Physics professor's Torah reached for the stars during space shuttle flight of Atlantis
Henry Fenichel speaks at Xavier about science, faith, history and humanity
Henry Fenichel, emeritus professor of physics at the University of Cincinnati, is speaking at 7:00 p.m. today, Feb. 1, at Xavier about the Torah he sent into space aboard the space shuttle Atlantis in 2006 and its connection to the Holocaust.
“Reach for the Stars: An evening of science, faith, history and the human person,” is the topic of Fenichel’s talk today in the Lindner Family Physics Building on campus. The presentation is free and open to the public. The event takes place on the seventh anniversary of the disintegration of the Columbia space shuttle during re-entry into Earth's atmosphere, 16 minutes prior to its scheduled landing on Feb. 1, 2003. All crew members perished.
Fenichel is sharing his story about the Torah, his unique background as a Holocaust survivor and his connection to astronaut Ilan Ramon, a crew member of Columbia. Ramon, the first Israeli astronaut and the son and grandson of Holocaust survivors, carried a number of Holocaust artifacts aboard the Columbia, including a small Torah.
The Torah was given to Ramon by his mentor and friend, astrophysicist Joachim Joseph, who was a Holocaust survivor from Bergen-Belsen concentration camp. A Rabbi at the camp gave Joseph the Torah so he could tell their story if he survived. The Rabbi died in the camp, but Joseph survived and sent the Torah with Ramon on the Columbia.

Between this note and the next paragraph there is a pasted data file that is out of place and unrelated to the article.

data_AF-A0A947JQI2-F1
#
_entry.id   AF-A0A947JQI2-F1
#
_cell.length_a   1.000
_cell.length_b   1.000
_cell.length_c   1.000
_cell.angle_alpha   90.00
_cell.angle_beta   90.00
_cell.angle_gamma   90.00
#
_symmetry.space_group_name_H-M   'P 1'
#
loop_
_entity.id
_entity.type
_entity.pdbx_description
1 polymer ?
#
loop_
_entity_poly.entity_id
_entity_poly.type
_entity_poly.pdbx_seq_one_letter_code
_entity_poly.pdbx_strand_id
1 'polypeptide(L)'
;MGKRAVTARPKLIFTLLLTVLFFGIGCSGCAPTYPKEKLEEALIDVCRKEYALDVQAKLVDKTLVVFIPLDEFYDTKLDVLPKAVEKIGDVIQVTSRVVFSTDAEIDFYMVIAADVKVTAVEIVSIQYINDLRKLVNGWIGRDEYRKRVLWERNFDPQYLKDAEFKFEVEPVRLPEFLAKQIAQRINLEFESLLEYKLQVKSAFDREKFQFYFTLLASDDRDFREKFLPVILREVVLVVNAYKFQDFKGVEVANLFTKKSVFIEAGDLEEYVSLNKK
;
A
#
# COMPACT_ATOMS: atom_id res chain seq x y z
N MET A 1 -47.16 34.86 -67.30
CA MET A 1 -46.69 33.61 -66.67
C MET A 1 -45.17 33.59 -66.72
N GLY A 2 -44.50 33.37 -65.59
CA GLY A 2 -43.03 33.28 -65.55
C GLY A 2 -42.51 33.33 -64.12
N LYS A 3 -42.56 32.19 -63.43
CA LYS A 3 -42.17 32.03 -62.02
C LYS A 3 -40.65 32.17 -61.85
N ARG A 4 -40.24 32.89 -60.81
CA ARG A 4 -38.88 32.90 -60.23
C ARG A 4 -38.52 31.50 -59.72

Ramon also took a pencil sketch by a 14-year-old boy who died in Auschwitz. The boy's sketch of the earth as if viewed from the Moon disintegrated along with the Torah in the Columbia disaster.
Fenichel had collected his own Holocaust artifacts, including a yellow “Jude” star and a small Torah scroll given him by a cousin who escaped Nazi Germany. The Torah was almost identical to Ramon’s. Fenichel allowed his Torah scroll to be taken on the Atlantis space shuttle mission in September 2006 in memory of Ramon.
"The Torah represents the survival of the Jewish people, the ability to rise from the depth of despair in the Holocaust and reach for the stars. It symbolizes a hopeful promise for a new beginning and a shining example of respect between cultures and religions," Fenichel said.
In a part of Ramon’s diary that survived the disaster, he wrote, “From space our world looks as one entity with no borders. Let's work for peace and a better life for everyone on Earth."